Black Diet at First Ave’s Best New Bands Showcase: A Shameless Account of Adoration
By Giggles, the Smoking Monkey
Disclaimer: This is a highly biased, cheeky account of our experience at one of our favorite annual events, which for the first time featured a Pinata Records artist: the lovely and talented Black Diet. We were ecstatic. Although I tried a little, I did not give all of the artists equal attention, and I make no apologies. Also, I’m not a real journalist. I’m just a smoking monkey with a laptop.
About our history with this event: We go to this every year, not just the years that our best friends play. It’s a tradition. And why? As someone who is completely surrounded by musicians, the elusive/fake/much sought after gratification of “Success” comes up every so often, mostly with a large dose of sarcasm. People make music and create bands for a handful of reasons, and it seems like a good idea to put “getting noticed” low on the list. This city feels like it has more musicians than audience members, and if you get too caught up in the swirling hopes that hard work will be repaid in Main Room shows, you are headed straight to the bitter musician’s corner; It’s best to keep it an enduring yet somewhat distant wish. But once a year, a handful of excited folks, who often have never been on that big stage, get to live it up and feel for a moment that it has paid off, if only for one night. They gather everything they have to offer, and nervously, seriously, rock out. And it’s adorable.
About the night: It was becoming quite the chilly evening as I hustled out of work and rushed to get downtown. With a wind-chill of as low as 35 below predicted to strike near midnight, I was curious about how many freezing drunk girls with poorly chosen outfits we’d see at the night’s departure. I had considered joining their ranks with my favorite tight-stretchy-booty dress, but the common sense that rears its head intermittently in my decision making said “Wear some real clothes.” Pffff. Fine.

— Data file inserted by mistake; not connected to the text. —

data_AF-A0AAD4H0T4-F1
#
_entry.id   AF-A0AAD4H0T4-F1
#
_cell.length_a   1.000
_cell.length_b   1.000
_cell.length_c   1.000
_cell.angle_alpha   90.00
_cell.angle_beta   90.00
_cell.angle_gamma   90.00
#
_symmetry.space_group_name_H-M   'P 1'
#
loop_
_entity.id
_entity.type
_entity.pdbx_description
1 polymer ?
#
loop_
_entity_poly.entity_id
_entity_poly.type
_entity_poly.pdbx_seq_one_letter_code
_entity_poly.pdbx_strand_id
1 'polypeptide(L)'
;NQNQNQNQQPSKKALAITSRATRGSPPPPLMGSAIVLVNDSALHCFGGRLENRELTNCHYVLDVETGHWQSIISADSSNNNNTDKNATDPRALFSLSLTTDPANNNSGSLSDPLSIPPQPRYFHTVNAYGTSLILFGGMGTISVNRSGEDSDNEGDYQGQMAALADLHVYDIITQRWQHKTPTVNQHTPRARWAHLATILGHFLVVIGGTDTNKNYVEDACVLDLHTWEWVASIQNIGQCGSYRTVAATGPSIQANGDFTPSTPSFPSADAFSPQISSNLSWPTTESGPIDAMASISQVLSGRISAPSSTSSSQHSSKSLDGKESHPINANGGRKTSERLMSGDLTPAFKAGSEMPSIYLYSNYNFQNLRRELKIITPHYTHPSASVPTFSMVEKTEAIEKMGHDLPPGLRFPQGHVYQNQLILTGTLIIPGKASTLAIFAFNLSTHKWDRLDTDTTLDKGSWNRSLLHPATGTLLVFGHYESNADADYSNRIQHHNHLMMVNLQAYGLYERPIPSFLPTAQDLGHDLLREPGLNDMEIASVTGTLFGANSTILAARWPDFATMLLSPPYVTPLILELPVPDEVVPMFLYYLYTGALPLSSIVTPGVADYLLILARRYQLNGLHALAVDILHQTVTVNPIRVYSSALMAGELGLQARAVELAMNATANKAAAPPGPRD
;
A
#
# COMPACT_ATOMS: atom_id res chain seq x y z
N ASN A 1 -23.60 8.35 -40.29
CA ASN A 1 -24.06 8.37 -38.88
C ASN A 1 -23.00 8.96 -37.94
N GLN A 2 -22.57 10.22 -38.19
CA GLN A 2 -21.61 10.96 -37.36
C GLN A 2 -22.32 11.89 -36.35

Southwire..And so I got there and had just barely missed the first band of the night, Southwire. This was something of a bummer to me, because I like to give the first group as much attention as possible, given that they usually get the short end of the audience-attention stick. So I failed, but I CAN say their name a few times and hope that you will look into them and do your own investigation in lieu of mine. Southwire. Southwire. They hail from Duluth. They’re on Chaperone Records. Look ‘em up.
Fury Things…This song is stuck in my head: “Into The Surf”, a bon-a-fide pop tune that is simultaneously light with breathy, melodic chorus and heavy with wailing, emotional guitar and headbanging drum flooded enthusiasm. It gives me goosebumps. I will definitely be buying both of their albums.
Black Diet…And so we come to the part of this story where I got all weepy and proud and, let’s face it, buzzed. We were there one year previous, watching John Mark Nelson and just aching to be noticed as musicians in the scene. I had just met Black Diet a few months earlier (as JT and the Sloppy Seconds) and we were tending the beginnings of an epic band/label bromance. A year into the future, and I’m standing with my fellow Pinata Records founders, peeking behind the screen partition and blowing kisses as we watch our favorite little band dance around and prepare themselves for the crowd, and what felt like the most important show they’d ever had. They spotted us, waved excitedly, and Jonathan poked his spiky head around the corner and looked out at all of the people there. Friends who had pushed to the front row yelled out, feeling the inevitable happy anxiety.